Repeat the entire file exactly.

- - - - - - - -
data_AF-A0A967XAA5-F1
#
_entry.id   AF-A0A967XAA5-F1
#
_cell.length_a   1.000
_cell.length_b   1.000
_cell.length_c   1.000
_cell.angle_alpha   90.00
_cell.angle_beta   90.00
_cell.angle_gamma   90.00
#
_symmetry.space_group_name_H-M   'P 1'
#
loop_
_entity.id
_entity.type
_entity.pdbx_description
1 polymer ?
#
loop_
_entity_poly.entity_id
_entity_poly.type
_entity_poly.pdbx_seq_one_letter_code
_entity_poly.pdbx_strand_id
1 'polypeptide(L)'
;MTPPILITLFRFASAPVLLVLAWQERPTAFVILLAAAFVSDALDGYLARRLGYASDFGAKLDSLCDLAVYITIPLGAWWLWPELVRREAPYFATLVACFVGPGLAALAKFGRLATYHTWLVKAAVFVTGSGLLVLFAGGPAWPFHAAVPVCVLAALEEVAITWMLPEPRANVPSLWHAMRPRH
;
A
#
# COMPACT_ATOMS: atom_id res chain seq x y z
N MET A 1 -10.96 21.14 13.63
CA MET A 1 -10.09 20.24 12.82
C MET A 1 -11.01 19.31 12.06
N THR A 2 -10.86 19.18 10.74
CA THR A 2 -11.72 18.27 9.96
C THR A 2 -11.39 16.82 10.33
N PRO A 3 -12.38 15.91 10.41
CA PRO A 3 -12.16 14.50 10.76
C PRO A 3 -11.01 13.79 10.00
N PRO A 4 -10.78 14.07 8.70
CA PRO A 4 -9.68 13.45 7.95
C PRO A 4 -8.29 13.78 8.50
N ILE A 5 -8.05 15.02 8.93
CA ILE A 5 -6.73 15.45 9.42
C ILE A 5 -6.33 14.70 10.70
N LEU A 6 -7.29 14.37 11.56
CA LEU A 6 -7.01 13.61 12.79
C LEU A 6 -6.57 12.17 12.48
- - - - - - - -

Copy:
data_AF-A0A967XAA5-F1
#
_entry.id   AF-A0A967XAA5-F1
#
_cell.length_a   1.000
_cell.length_b   1.000
_cell.length_c   1.000
_cell.angle_alpha   90.00
_cell.angle_beta   90.00
_cell.angle_gamma   90.00
#
_symmetry.space_group_name_H-M   'P 1'
#
loop_
_entity.id
_entity.type
_entity.pdbx_description
1 polymer ?
#
loop_
_entity_poly.entity_id
_entity_poly.type
_entity_poly.pdbx_seq_one_letter_code
_entity_poly.pdbx_strand_id
1 'polypeptide(L)'
;MTPPILITLFRFASAPVLLVLAWQERPTAFVILLAAAFVSDALDGYLARRLGYASDFGAKLDSLCDLAVYITIPLGAWWLWPELVRREAPYFATLVACFVGPGLAALAKFGRLATYHTWLVKAAVFVTGSGLLVLFAGGPAWPFHAAVPVCVLAALEEVAITWMLPEPRANVPSLWHAMRPRH
;
A
#
# COMPACT_ATOMS: atom_id res chain seq x y z
N MET A 1 -10.96 21.14 13.63
CA MET A 1 -10.09 20.24 12.82
C MET A 1 -11.01 19.31 12.06
N THR A 2 -10.86 19.18 10.74
CA THR A 2 -11.72 18.27 9.96
C THR A 2 -11.39 16.82 10.33
N PRO A 3 -12.38 15.91 10.41
CA PRO A 3 -12.16 14.50 10.76
C PRO A 3 -11.01 13.79 10.00
N PRO A 4 -10.78 14.07 8.70
CA PRO A 4 -9.68 13.45 7.95
C PRO A 4 -8.29 13.78 8.50
N ILE A 5 -8.05 15.02 8.93
CA ILE A 5 -6.73 15.45 9.42
C ILE A 5 -6.33 14.70 10.70
N LEU A 6 -7.29 14.37 11.56
CA LEU A 6 -7.01 13.61 12.79
C LEU A 6 -6.57 12.17 12.48